Interest rates are a function of the calculated risk that the borrower won’t repay the loan. The higher the anticipated rate of default, the higher the interest rate the borrower pays and the lender can expect. Lending Club groups borrowers into seven loan grades, A through G. Within each loan grade borrowers are further categorized into five sub-grades, 1 through 5. The most credit-worthy borrowers are graded A1, the least worthy G5. Where applicants fall on that risk continuum depends on Lending Club’s assessment of their credit history. Applicants graded A1 get to borrow money at the lowest rates, currently 6.78 percent APR for 36-month notes and 7.3 percent for 60-month notes. For borrowers rated G5, the rates are, respectively, 29.99 and 28.69 percent APR. Prosper charges even higher rates for borrowers with lower credit histories.

More than three-quarters of borrowers list debt consolidation as the purpose for their loans. So it’s a no-brainer for them to borrow at, say, 11 percent from a P2P lender to retire credit card debt of 21 percent or more. Other purposes for loans include home remodeling, vehicle purchases, medical costs and even vacations. Of course, there is no guarantee that borrowed funds will be used for the listed purpose.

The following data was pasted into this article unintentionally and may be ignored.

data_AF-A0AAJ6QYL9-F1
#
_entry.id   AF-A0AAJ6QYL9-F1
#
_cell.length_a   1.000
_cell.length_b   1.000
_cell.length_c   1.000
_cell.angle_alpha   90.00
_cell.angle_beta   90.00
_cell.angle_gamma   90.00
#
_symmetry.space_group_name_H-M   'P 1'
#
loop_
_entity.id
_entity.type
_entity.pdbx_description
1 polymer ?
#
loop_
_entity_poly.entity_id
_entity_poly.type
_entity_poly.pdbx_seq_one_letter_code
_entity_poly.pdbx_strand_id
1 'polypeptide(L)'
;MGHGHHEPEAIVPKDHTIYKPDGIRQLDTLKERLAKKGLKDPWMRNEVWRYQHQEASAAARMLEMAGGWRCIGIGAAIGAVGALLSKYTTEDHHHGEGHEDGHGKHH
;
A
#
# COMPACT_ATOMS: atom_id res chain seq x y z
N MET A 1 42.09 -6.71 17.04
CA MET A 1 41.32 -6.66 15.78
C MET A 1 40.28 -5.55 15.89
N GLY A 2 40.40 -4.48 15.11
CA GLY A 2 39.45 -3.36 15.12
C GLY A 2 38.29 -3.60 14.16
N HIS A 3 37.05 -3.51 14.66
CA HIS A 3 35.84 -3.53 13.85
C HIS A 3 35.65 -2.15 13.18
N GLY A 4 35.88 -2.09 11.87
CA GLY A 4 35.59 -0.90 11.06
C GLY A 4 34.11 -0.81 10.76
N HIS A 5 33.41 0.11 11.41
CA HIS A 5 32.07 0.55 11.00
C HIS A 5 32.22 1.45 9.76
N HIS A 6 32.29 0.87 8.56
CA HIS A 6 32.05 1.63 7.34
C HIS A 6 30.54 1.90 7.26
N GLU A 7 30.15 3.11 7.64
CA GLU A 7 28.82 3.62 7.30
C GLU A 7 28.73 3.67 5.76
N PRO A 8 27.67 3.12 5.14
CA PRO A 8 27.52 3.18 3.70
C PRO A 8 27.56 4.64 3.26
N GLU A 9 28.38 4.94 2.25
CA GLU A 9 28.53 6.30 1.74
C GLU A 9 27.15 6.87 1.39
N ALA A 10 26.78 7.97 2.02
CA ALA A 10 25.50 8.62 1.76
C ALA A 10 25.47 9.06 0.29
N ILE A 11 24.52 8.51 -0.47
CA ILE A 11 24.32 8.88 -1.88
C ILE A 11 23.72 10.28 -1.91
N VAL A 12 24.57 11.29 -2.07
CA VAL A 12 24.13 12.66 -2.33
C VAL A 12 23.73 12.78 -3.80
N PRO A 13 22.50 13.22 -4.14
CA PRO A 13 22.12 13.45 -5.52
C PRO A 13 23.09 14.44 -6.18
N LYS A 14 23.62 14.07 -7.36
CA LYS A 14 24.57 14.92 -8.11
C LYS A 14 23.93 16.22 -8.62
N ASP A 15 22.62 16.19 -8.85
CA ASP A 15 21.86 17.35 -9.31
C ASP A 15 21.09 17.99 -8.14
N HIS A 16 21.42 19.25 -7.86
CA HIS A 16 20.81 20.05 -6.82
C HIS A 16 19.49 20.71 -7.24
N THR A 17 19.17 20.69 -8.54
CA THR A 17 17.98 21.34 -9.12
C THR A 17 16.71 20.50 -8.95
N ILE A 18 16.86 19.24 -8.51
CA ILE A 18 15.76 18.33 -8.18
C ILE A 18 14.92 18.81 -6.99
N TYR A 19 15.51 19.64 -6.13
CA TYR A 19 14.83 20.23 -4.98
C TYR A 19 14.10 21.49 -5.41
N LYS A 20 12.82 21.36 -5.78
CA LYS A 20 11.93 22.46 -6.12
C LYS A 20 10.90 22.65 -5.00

One-Year In: My Experience with Lending Club

To better understand P2P investing, I opened a Lending Club account in April 2013. Initially, I deposited just $275 and carefully selected 11 of the most conservative, lowest-interest-bearing A and B notes I could find. Like most fledgling investors, I dreaded defaults. Within 45 days, I started receiving daily interest and principal payments that totaled $8.46 per month, which represented a net annualized return of 9 percent. After a few months of receiving such returns, I considered that my savings accounts paid interest of 0.25 percent and my three-year CDs paid 1.5 percent. The more I researched this article, the more comfortable I got with P2P. In the following months, I began transferring idle cash to my Lending Club account, first gradually, then more aggressively.

Returns are gratifying and immediate. My Lending Club notes outperformed not only all my other self-directed investments, but all of the respectable returns my investment advisor harvested on my behalf in my retirement accounts.